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Are ‘trending’ victims less protected?

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ACCIDENTAL PUBLIC FIGURES (Clockwise) Robert Carabuena, Deniece Cornejo and Paula Salvosa shot to fame in a matter of days or mere hours because of the “going viral” phenomenon.

The rape case filed by Deniece Cornejo against actor Vhong Navarro elicited negative reactions from numerous netizens who posted blogs and comments with nasty remarks, like “Deniece is a prostitute,” “She’s delusional!” and “Deniece had plastic surgery.”

Posted: March 9th, 2014 in Inquirer Opinion,Talk of the Town | Read More »

Rest of iceberg

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Much of the online outrage that came in the wake of the Supreme Court decision in the landmark case of Disini v. Secretary of Justice was directed at the portion of the ruling upholding the constitutionality of Section 4(c)4 of the Cybercrime Prevention Act (Republic Act No. 10175)—the “cyberlibel” provision.

Posted: March 9th, 2014 in Inquirer Opinion,Talk of the Town | Read More »

A continuing threat

More than a year after oral arguments, the Supreme Court has voted to uphold almost all of the controversial Cybercrime Prevention Act of 2012.

Posted: February 20th, 2014 in Editor's Pick,Editorial | Read More »

Calling Tito Sotto an idiot is no cybercrime

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The decision of the Supreme Court upholding much of the Cybercrime Prevention Act, including the online libel provision inserted by a now haughty Sen. Tito Sotto, has provoked countless panicked, confused responses.

Posted: February 20th, 2014 in Columnists,Columns,Editor's Pick,Inquirer Opinion | Read More »

DOJ punishes Facebook felonies

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Would you jail a 16-year-old girl for libel? Would you jail a 16-year-old girl for calling another girl “B-I-T-C-H,” “backstabber,” and “stupid f*ckin’ playin’ innocent” on Multiply.com? Our Court of Appeals and Department of Justice say yes.

Posted: February 7th, 2013 in Columnists,Columns,Inquirer Opinion | Read More »

‘Something wrong’

The oral arguments on the constitutionality of the controversial Cybercrime Prevention Act at the Supreme Court on Tuesday gave free speech and Internet freedom advocates a boost. But whether some justices were merely playing devil’s advocate or testing the limits of the petitioners’ positions, lines of reasoning were also used at the 4-hour hearing that should give the public pause. Those who share the view that Republic Act No. 10175 should be declared unconstitutional—and antidemocratic at its core—cannot afford to be complacent.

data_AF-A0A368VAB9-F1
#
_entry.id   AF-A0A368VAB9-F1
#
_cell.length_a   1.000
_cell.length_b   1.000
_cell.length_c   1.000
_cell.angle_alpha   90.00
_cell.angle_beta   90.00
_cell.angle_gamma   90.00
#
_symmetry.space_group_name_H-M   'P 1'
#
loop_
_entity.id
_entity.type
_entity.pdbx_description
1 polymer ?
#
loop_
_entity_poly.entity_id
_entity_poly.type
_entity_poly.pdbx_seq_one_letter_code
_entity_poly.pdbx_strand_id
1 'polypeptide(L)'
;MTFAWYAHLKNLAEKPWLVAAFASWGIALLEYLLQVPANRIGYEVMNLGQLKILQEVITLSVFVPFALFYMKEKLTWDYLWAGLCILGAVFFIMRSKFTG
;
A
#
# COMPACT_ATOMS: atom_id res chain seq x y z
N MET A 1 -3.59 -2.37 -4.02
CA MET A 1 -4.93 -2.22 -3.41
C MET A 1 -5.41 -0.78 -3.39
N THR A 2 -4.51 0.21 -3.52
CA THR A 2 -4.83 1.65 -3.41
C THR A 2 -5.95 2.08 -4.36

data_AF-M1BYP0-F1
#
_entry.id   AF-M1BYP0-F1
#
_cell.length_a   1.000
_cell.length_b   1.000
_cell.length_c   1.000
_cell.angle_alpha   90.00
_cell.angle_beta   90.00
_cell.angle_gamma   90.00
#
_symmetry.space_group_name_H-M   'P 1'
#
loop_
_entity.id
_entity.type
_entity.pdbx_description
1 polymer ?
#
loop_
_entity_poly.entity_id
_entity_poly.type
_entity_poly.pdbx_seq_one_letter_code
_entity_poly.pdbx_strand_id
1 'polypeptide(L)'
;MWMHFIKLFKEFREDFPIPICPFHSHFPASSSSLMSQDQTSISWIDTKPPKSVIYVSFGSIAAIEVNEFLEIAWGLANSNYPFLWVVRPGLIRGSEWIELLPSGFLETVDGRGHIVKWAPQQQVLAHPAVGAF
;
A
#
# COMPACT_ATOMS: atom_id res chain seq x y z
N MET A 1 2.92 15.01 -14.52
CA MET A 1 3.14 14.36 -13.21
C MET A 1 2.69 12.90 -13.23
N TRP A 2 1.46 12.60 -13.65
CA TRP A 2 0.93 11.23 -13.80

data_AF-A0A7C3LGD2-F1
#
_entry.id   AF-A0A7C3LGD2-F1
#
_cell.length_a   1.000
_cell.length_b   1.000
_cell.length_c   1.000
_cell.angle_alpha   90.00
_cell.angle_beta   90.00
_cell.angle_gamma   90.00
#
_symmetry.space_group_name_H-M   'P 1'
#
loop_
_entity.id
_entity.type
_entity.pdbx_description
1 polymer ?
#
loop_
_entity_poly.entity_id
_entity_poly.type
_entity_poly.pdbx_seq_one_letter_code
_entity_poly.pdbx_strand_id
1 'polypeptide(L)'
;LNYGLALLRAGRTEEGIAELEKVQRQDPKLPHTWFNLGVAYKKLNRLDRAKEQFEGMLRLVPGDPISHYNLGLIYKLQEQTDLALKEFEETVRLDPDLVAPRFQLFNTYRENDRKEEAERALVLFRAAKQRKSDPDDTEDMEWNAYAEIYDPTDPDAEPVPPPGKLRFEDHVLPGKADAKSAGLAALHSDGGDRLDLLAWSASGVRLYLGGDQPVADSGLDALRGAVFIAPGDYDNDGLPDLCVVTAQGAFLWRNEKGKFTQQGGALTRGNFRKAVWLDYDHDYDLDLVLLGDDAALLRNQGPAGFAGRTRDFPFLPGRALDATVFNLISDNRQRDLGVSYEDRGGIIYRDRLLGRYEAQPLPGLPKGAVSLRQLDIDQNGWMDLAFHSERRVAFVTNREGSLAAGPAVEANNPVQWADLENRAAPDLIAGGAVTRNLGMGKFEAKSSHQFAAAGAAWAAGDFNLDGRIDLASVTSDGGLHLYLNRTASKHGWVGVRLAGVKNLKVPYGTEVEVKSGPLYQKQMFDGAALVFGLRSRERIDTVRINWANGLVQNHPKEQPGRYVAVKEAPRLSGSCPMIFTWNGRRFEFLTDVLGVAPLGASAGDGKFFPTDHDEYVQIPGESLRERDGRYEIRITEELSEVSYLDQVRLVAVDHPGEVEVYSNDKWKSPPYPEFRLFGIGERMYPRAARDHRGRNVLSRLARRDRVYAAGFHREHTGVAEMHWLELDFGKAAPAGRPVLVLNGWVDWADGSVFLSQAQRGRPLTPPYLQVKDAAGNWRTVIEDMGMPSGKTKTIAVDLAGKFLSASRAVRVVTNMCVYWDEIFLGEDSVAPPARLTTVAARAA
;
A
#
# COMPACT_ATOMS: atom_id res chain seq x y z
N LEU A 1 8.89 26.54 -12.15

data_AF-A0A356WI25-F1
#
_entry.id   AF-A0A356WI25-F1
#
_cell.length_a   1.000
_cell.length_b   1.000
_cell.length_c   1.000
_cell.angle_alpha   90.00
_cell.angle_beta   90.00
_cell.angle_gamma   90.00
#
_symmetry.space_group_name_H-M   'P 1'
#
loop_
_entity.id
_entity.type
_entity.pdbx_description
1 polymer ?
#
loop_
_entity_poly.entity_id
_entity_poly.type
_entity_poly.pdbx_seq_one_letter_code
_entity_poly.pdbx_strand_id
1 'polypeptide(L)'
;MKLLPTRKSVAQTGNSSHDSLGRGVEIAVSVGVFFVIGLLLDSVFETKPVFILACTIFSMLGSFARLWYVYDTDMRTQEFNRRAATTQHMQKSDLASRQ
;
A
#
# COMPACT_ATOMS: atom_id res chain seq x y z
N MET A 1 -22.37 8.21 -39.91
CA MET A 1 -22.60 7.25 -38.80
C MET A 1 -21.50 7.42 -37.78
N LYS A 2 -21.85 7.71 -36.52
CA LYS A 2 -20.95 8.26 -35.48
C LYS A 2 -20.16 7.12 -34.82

Posted: January 17th, 2013 in Editor's Pick,Editorial | Read More »

Real need for cyberlaw unaddressed by RA 10175

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As an IT/cybersecurity practitioner for 16 years, I had foreseen the possible catastrophic impact should malicious hackers launch an attack against our critical cyberinfrastructure. So if you ask me whether we need a cybercrime law or not, my answer is “yes,” definitely. In fact we needed it 10 years ago. However, I agree with the view that libel by ICT shouldn’t be considered a crime.

Posted: December 20th, 2012 in Columnists,Columns,Inquirer Opinion | Read More »

Law of the law

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FIRST OFF, an irresistible aside. Why on earth would you watch J-Lo and complain later that you were shocked by the concert’s loudness? In fact, why would you claim to have finer sensibilities—“I have high taste in music”—and watch J-Lo in the first place? When in fact at about the same time J-Lo did MOA’s The Arena to a full house, Dave Grusin and Lee Ritenour were doing PICC to a fairly empty one? The latter was magical by the way.

Posted: December 3rd, 2012 in Columnists,Columns,Editor's Pick,Inquirer Opinion | Read More »

Cybercrime law to help everybody

I want to share my opinion regarding the Cybercrime Prevention Act that is presently drawing different comments and reactions in the public arena.

Posted: October 5th, 2012 in Inquirer Opinion,Letters to the Editor | Read More »

Not very virtual crime

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I’m glad several senators have bestirred themselves to try to undo the harm they did for voting for the Cybercrime Prevention bill. That piece of legislation earned the ire of netizens and media practitioners alike, as seen in editorials and widespread sentiment in social media condemning it. Teofisto Guingona III has asked the Supreme Court to nullify the libel penalty provisions of the law. And Chiz Escudero and Alan Peter Cayetano pledged to sponsor bills to amend the same thing.

Posted: October 1st, 2012 in Columnists,Columns,Editor's Pick,Featured Columns,Featured Headline,Inquirer Opinion | Read More »

Inquirer’s concerns on cyberlibel ‘exaggerated’

The Inquirer’s Sept. 20 editorial is exaggerated: The cyberlibel issues raised have been heavily debated for over 10 years. The critics dismissing Sen. Tito Sotto (who introduced the libel amendment) as ignorant and careless would surely not say the same of Sen. Edgardo Angara (the law’s sponsor), a meticulous lawyer.

Posted: September 28th, 2012 in Inquirer Opinion,Letters to the Editor | Read More »

Congress fast on minor bills but…

When the current set of legislators was elected in 2010, we felt that at last we had a House of Representatives and a Senate with our interests at heart. In other words, a Congress that would get important work done. But more than two years later, what do we see?

Posted: September 27th, 2012 in Inquirer Opinion,Letters to the Editor | Read More »

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